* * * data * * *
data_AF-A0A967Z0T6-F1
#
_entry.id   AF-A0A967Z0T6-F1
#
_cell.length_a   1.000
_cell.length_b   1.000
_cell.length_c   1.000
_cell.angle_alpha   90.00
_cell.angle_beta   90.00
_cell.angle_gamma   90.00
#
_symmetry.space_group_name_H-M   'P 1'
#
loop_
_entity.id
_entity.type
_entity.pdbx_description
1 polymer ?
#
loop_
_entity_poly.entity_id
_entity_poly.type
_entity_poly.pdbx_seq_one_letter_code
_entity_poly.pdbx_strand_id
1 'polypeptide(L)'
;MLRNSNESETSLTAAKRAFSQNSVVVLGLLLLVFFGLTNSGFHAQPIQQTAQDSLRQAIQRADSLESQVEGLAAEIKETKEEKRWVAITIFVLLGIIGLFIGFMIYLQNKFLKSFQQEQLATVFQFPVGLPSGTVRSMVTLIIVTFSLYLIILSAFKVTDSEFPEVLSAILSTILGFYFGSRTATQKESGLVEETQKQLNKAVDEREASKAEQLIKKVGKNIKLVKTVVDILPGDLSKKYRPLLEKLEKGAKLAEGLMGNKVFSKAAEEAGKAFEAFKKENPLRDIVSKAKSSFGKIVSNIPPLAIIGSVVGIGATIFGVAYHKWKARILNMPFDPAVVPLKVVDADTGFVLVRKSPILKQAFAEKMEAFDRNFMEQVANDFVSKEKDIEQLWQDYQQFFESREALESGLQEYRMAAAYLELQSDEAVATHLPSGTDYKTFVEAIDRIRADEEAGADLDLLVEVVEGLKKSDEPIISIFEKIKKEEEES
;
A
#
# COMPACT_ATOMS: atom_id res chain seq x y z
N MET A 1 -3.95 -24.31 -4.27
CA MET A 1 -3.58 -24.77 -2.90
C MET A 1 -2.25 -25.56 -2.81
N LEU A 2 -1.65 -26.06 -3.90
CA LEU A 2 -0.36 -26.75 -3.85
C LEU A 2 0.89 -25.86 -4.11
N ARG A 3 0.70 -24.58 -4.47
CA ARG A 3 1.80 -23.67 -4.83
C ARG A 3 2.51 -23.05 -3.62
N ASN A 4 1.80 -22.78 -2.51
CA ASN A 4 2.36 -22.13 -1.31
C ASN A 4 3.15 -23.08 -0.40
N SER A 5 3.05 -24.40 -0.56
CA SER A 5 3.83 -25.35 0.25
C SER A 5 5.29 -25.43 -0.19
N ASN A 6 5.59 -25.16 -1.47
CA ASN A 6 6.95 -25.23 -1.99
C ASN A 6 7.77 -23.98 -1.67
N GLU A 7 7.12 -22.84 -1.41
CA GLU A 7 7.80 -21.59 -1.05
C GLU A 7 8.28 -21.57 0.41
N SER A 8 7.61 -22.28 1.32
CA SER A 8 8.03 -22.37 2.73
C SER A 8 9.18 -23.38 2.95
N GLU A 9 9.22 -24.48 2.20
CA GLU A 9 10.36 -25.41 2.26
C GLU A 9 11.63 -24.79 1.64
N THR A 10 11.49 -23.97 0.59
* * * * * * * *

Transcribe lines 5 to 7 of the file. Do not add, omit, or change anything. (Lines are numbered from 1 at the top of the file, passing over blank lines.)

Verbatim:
_cell.length_a   1.000
_cell.length_b   1.000
_cell.length_c   1.000